and directors, 146 revaluation gains on investment
limitations of the Independent, 144“5 properties, 212“13
and their responsibilities, 143“4 share options, 213
Contingent liabilities, 142“3
Balance sheet, 34“42, 154“5 Corporate governance, 181“2
Banks: audit committee, 183
charges, 28 board and committee membership, 183
negotiating with, 45“50 board of directors, duties of, 182“3
overdraft, 86 nominations committee, 183
and utility companies, 235“6 remuneration committee, 183
Basic checks, 218“22 Corporation tax, 216
Benefit charge to income statement, 213 Cost of sales, 27
Biotechnology and similar scientific Creditors, 60
companies, 237 Credit risk, 176
Bonds, 86 Cumulative preference shares, 85


Currency risk, 176“7 FRS, see Financial Reporting Standard (FRS)
Current assets: FSA, see Financial Services Authority (FSA)
cash, 53“60
Gearing, 87“8
debtors, 52“3
Gearing ratio, 126
stock, 51“2
General insurances, 27
Current liabilities:
Goodwill, 26
creditors, 60
built into share, 128
Current ratio, 123
impairment, 28
Deal structure, 103“11
Debentures, 86 HgCapital Trust plc, 249“55
Debtors, 52“3, 142 High-yield approach, 203
days, 132 Hire purchase, 87
discounting/factoring, 87 Historical cost convention, 5
to equity ratio, 126
insurance, 26 IAS Regulation:
value, 7“8 article 4 of, 143
Delivery costs, 27 IFRS vs. UK GAAP, 179“81
Depreciation, 28 Income Statement, 152“3
Depreciation, 213“14 Independent Auditors™ Report, 144“5
Directors™ Remuneration Report, 185 Industry valuation benchmarks, 234
see also Report of the Directors Insurance companies, 236“7
Discounted cash flow or earnings, 227“34 Insurances, see General insurances and
Dividends, 171“2 National insurance
to minority interests, 216“17 Intangible asset, 165
Intangible assets, value of, 142
Earnings multiple, 225“6 Interest, 28
Earnings per share (EPS), 127 Interest rate risk, 177“8
EIS, see Enterprise Investment Scheme (EIS) International Financial Reporting
Enron, 128“9 Standards, 147“52
Enterprise Investment Scheme (EIS), 71“5 Investment companies, valuation
techniques, 222
EPS, see Earnings per share (EPS)
Investment property and investment property
Equity “ ordinary shares, 79“84
under development, 167“71
Exceptional gains, 212
Investment rules, 75“6
Investments, choice of, 196
status re VAT, 10
Investor (potential), 73
Expected return, 78
Investor ratios, 126
Expenditure on research and development, 157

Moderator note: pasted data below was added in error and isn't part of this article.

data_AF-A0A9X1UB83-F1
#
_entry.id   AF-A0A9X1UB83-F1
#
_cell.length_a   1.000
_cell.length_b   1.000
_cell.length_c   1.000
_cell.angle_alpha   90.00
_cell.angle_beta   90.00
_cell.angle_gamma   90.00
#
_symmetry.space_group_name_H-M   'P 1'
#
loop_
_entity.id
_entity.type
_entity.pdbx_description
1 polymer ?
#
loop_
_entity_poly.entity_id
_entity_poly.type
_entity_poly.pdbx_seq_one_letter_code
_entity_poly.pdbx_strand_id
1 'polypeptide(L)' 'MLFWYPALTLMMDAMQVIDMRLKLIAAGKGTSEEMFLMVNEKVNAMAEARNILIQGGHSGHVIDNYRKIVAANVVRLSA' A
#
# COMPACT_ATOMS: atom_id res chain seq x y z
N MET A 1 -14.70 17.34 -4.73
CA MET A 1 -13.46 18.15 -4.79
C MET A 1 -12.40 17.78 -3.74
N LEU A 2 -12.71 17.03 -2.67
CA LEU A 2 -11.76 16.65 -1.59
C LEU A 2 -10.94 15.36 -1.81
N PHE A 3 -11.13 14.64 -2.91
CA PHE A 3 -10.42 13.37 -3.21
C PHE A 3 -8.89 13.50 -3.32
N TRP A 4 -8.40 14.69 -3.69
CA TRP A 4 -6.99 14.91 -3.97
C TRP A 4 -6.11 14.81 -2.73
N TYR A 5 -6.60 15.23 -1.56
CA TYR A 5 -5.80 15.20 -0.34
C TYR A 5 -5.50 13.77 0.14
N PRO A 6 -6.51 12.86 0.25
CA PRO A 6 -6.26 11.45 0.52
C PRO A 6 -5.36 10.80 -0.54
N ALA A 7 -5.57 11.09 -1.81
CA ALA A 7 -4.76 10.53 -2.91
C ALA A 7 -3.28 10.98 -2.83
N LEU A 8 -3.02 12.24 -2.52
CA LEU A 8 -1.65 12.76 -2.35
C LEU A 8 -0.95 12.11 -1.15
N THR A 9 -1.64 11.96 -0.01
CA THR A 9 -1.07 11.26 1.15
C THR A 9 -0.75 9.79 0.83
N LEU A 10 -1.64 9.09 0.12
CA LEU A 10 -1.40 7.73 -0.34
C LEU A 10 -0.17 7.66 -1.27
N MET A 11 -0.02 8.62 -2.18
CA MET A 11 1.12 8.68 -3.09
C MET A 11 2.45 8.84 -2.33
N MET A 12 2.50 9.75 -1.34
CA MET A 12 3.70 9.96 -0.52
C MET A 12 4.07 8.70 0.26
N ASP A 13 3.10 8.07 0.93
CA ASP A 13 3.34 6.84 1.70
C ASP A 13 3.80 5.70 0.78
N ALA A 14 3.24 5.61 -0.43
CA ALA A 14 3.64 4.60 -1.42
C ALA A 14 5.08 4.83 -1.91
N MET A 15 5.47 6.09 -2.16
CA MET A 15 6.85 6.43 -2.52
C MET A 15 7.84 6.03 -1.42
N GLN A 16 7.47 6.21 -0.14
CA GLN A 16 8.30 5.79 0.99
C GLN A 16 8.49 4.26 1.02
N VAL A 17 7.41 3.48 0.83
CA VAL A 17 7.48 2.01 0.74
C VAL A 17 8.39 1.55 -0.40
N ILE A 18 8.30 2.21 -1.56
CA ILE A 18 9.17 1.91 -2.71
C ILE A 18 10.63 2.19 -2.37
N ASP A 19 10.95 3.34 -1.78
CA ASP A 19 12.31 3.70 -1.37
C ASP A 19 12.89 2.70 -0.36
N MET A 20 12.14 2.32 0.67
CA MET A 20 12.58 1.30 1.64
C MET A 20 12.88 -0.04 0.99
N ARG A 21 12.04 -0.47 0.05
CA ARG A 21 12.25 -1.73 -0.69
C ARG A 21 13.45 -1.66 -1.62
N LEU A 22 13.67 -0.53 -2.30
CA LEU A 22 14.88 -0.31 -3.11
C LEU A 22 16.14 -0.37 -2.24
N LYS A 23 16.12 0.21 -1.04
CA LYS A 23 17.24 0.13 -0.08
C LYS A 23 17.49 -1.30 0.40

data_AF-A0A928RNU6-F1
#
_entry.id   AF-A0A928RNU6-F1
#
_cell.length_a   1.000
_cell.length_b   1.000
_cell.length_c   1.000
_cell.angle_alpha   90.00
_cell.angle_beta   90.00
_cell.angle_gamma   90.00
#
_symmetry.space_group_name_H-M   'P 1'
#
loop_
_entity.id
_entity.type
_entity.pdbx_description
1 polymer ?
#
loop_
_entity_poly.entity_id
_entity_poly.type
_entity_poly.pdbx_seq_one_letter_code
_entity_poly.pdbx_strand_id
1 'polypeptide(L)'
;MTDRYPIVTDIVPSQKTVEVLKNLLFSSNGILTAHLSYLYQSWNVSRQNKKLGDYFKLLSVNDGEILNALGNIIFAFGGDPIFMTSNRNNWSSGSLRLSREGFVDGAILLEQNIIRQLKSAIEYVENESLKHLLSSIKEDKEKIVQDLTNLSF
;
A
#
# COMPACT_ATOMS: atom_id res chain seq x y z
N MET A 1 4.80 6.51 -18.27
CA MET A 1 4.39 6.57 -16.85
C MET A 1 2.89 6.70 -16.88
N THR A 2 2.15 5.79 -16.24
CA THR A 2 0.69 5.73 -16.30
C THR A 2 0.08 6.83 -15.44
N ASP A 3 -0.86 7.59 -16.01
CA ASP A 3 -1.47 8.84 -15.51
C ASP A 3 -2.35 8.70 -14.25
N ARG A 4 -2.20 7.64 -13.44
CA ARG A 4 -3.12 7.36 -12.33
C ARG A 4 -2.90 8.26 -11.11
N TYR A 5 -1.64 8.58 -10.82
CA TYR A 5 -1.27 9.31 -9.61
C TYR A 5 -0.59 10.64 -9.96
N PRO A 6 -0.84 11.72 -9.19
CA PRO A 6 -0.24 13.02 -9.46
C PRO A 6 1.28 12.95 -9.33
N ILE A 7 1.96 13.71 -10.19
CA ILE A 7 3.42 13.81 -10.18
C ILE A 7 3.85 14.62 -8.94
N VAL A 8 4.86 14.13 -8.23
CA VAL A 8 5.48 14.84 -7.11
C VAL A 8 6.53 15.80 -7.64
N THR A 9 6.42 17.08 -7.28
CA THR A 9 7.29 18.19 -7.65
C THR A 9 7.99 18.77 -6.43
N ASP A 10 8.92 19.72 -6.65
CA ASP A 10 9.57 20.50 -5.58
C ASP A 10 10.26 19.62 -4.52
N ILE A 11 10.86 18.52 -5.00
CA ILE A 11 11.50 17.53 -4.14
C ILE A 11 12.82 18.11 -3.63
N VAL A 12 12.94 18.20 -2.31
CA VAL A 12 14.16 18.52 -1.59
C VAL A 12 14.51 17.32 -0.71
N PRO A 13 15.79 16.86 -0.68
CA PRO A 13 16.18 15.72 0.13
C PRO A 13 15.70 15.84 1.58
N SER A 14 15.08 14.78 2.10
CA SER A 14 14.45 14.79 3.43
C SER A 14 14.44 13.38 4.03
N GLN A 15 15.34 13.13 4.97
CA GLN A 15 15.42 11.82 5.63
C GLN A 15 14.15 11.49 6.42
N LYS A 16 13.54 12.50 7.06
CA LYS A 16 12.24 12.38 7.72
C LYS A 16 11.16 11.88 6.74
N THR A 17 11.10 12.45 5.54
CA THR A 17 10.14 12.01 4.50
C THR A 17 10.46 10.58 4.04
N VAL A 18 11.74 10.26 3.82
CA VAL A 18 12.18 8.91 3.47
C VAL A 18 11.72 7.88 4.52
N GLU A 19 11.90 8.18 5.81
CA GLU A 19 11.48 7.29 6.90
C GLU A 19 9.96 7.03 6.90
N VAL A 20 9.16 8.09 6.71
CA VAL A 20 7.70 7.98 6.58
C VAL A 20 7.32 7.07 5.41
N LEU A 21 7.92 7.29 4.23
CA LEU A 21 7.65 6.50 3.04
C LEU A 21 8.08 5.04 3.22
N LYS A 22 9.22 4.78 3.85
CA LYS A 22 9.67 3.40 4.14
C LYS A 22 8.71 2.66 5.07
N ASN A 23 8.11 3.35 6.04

dividend cover, 128
Fair value, 143, 148“9 dividend yield, 128
Fair value accounting (International Financial earnings per share (EPS), 127
Reporting Standard) (IFRS), 6 goodwill built into share, 128
Financial derivatives, 175 price/earnings (P/E) ratio, 127
credit risk, 176 return on equity, 127
currency risk, 176“7 Isoft plc, 132
interest rate risk, 177“8
leases, 178“9 Jarvis plc, 129“30
Financial planning process, 90“103 Junk bonds, 119
Financial Reporting Standard (FRS), 112
Leases, 178“9
Financial Services Authority (FSA), 143
Financial statements: Legal costs, 27
and directors, 141“2 Limited company, 39
preperation of, 141“2 Loans, 29, 86
Fixtures and fittings, 27 Long-term liabilities, 36


Matching concept, 5 The Sarbanes-Oxley Act, 187“90
McAlpine (Alfred) plc, 140“1 Salary-related pension schemes, 172“5
Morrison (William) Supermarkets plc, 267“73 Sales, 29
Sales ledger, 4
National Enterprise Board (NEB), 70 Sales value plus VAT, 7“8
National Insurance, 28 Samples, 26
Net assets, 226 Setting up costs, 26
Net current liabilities, 36 Share-based payments, 157“75
Net fixed assets, 35 Shareholders™ power, 190
Notional interest, 31 Share options, 213
Sleeping partner, 31
Overall expected return, 78 Small- to medium-sized enterprises
(SME), 69
Paddy Power plc, 259“66 Sole trader, 37
Pam Sir, 119 Stationery, 27
Pension deficit, 215 Stock, 27, 51“2, 142
Performance ratios, 121 Stock days, 124, 131
gross profit compound growth, 122 Stock losses, 28
gross profit percentage, 121 Stock records, 4
operating profit (before extraordinary items) Structure ratios, 125
compound growth, 122 debt to equity ratio, 126
percentage, 122 gearing ratio, 126
operating profit by employee, 122 interest cover, 126
return on capital employed, 123
turnover compound growth, 121 Takeover bids, 243“4
Petty cash book, 4 Tax point, 12
Plant (or fixed asset) register, 4 Topps Tiles plc, 256“8
Portfolio theory, 198“203 Trade creditors, 29
Preference shares, 85 Trade debtors, 27
Prepayments, 5, 24, 28 Trial balance, 24“9
Price/earnings (P/E) ratio, 74, 127
Price/earnings ratio (PER) method, 203 UNITE Group plc, 167“71
Price/earnings to growth (PEG) ratio, 203
Profit and Loss Account, 29“34 Valuation techniques:
Profit warnings, 241 banks and utility companies, 235“6
deteriorating performance, 241“2 biotechnology and similar scientific
missing milestones, 242 companies, 237
Property developers, 235 companies owning professional football
Prudence concept, 5 clubs, 238
Purchase ledger, 4 discounted cash flow or earnings,
Quick ratio, 123 earnings multiple, 225“6
final review, 234“5
Real liability, 149“52 general industrial, leisure and retail
Rent, see Warehouse rent companies, 238“9
Rent (office), 27 industry valuation benchmarks, 234
Report of the Directors, 184 insurance companies, 236“7
Restructuring, 240“1 investment companies, 222
Return on equity, 127 profit warnings, 241
Revaluation gains on investment properties, deteriorating performance, 241“2
212“13 missing milestones, 242
Revenue recognition, 156“7 property developers, 235
Risk, 196“7 restructuring, 240“1
associated with taking on unique risk, 207“9 Value added tax (VAT), 10“13, 26“7, 125


Van, 27 Wages, 28
VAT, see Value added tax (VAT) Warehouse rent, 27
VCT, see Venture capital trusts (VCT) Weighted cost of capital, 88“9
Venture capital (private equity), 68“71 Working capital, 36
Venture capital trusts (VCT), 76“7 cycle, 43“5